An argument against drug testing in the welfare system

An argument against drug testing in the welfare system

Illustration by Tyler Carpenter

Welfare reform is a constant staple of the campaigning politician, with those on the right wanting to create further restrictions on people seeking government assistance. One of the biggest arguments in recent years is the desire to implement required drug testing for anyone wanting to receive help. Here’s why drug testing welfare recipients doesn’t work.

First of all, these kinds of programs have already been implemented in multiple states, including the beehive state. Utah requires anyone applying for the Temporary Assistance to Needy Families program, the most common form of welfare, to fill out a questionnaire. The questions are designed to determine the likelihood of an individual to use drugs. If it’s determined there is a high likelihood, the applicant is required to take a drug test. If they take the test and it comes back positive, they can continue to receive welfare benefits on the condition that they go into a drug treatment program.

This program was implemented in 2012, and in the first three years 13,799 people applied for benefits. 2,666 were flagged as having a high probability for drug use. Of those people, 630 didn’t get tested and lost benefits. Only 47 of the remaining 2,036 people were found to have drugs in their system.

Lawmakers argue that drug testing welfare recipients will save the taxpayers money, but the exact opposite is true. Utah spent $93,000 to find only 47 drug users. The American Civil Liberties Union estimates that for each individual drug user discovered in the state of Kansas, it would cost roughly $20,000. This is because the state would be required to reimburse applicants who pass their drug tests for the cost of the test, which averages around $75. Florida  implemented a welfare drug-testing law and only turned down 30 of the roughly 28,000 people that applied. That’s a lot of money to pay back.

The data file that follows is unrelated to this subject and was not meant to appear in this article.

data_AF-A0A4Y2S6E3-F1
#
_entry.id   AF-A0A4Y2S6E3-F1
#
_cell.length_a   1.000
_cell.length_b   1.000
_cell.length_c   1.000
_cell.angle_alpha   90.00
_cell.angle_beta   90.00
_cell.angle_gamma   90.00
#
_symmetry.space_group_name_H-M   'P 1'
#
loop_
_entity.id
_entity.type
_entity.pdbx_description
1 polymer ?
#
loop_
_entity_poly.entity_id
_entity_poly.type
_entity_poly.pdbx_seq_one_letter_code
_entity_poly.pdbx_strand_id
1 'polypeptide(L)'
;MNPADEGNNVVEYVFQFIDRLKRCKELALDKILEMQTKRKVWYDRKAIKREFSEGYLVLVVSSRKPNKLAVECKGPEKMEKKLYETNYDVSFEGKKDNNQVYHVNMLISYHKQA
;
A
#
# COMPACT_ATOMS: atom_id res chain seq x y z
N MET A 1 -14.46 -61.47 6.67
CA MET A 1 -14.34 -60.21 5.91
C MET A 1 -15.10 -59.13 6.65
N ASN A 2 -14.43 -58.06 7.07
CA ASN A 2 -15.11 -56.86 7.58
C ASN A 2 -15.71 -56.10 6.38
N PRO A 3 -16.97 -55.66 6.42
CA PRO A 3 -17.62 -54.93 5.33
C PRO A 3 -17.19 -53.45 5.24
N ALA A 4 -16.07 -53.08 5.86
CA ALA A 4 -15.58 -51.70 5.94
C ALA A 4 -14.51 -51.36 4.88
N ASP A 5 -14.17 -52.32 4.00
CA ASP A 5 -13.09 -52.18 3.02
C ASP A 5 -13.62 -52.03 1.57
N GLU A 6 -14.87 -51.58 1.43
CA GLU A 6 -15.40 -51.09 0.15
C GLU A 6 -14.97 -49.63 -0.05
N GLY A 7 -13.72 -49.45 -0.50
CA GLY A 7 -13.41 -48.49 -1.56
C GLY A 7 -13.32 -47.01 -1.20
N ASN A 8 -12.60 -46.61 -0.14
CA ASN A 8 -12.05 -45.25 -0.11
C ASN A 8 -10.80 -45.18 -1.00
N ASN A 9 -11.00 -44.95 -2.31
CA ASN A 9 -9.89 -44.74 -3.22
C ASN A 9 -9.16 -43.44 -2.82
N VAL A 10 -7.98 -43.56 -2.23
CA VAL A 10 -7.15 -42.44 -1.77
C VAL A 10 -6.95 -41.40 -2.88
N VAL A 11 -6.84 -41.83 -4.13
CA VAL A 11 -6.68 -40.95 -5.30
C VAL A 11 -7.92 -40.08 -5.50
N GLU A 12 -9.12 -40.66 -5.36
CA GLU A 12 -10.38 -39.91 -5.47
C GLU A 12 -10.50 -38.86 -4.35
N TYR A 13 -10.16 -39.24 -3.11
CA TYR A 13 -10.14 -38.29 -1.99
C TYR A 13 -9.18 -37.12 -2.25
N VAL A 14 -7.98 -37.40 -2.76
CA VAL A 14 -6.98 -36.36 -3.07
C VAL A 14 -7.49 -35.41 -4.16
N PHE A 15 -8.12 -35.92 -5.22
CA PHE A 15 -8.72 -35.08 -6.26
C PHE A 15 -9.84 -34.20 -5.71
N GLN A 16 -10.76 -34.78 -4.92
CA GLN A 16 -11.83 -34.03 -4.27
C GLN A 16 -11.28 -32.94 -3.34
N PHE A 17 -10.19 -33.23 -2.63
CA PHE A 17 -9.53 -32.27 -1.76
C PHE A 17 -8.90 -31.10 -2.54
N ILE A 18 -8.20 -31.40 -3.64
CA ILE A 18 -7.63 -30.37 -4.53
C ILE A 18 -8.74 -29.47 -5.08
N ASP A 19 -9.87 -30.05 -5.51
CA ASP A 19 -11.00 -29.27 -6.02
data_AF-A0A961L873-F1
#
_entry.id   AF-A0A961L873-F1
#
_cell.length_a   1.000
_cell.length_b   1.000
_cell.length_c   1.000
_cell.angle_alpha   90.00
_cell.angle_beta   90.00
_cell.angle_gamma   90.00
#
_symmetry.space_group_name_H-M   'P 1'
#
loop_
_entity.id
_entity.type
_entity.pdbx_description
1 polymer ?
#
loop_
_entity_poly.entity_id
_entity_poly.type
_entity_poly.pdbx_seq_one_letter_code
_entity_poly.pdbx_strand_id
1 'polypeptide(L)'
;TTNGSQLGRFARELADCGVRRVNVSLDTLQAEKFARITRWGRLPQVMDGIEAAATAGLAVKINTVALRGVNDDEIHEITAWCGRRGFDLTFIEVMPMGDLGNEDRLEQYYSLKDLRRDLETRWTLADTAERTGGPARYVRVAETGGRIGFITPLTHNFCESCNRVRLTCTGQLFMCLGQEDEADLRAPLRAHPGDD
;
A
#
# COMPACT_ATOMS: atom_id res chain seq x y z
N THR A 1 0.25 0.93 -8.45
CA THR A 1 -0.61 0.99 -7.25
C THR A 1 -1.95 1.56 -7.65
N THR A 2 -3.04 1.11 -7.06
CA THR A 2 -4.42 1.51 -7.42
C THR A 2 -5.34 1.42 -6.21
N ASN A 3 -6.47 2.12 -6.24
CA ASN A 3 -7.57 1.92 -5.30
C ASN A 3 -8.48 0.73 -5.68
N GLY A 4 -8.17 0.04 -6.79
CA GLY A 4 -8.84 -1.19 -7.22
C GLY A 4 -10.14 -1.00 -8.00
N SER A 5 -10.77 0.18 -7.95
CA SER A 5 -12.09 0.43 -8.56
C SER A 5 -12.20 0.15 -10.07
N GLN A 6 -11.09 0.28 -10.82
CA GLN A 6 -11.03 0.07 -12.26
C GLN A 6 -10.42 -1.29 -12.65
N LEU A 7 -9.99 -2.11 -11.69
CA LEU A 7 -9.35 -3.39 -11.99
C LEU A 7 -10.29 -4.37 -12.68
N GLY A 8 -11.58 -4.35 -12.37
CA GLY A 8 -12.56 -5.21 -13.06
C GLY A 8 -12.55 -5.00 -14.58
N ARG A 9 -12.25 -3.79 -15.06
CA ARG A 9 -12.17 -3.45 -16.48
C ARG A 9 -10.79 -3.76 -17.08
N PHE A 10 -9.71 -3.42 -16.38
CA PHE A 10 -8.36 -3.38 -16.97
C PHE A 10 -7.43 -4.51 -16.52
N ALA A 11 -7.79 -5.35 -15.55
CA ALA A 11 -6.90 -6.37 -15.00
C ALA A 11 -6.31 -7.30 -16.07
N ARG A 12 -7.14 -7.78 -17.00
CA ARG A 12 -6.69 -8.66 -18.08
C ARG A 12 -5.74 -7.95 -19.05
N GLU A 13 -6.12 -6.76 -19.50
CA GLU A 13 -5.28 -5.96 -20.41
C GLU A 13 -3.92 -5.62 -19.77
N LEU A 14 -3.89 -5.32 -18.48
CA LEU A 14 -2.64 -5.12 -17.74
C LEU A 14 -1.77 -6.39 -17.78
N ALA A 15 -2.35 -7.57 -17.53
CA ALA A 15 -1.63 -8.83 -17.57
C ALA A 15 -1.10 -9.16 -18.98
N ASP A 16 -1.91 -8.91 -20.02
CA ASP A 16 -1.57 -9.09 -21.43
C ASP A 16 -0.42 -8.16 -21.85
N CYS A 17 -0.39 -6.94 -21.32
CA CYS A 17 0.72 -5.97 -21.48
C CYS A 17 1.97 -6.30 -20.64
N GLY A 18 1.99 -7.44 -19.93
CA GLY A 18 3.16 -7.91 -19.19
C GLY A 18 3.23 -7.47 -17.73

Another issue is the racist undertones that many of these laws have. The targeted welfare programs, such as food stamps or unemployment, commonly benefit low-income groups, which are generally comprised of racial minorities. Where is the outcry for drug-testing recipients of federal PELL grants, which generally benefit middle and upper-class, i.e. white, groups? It’s funny how the moral character of PELL grant recipients is never called into question.

Furthermore, there is the small fact that these laws violate the Fourth Amendment. One such law was thrown out in Florida. In December of 2014, Judge Stanley Marcus concluded “citizens do not abandon all hope of privacy by applying for government assistance.” An earlier ruling was decided in 2003 in Michigan, when a federal appellate court threw out a random drug testing law, claiming that is violated the constitutional ban against unreasonable search and seizure.

Lastly, there is no evidence to support the popular claim that poor people have a higher rate of drug use than anyone else. In fact, the opposite seems to be true. Welfare applicants test positive for drugs at a lower rate than the national average. According to a survey by the National Institute on Drug Abuse, the national average for drug use was 9.4 percent in 2016. Drug use among welfare applicants ranged between .002 to 8.3 percent.

Rather than spend possible millions of taxpayer dollars on some hokey crusade to clean up our welfare program, legislators should instead put that money towards something that provides an actual benefit to those in need. With this money, Medicaid could be expanded to cover the roughly 93,000 Utahns who are unable to afford healthcare. Expanding Medicaid is just one example, but there are hundreds of programs that would greatly benefit from additional funding.

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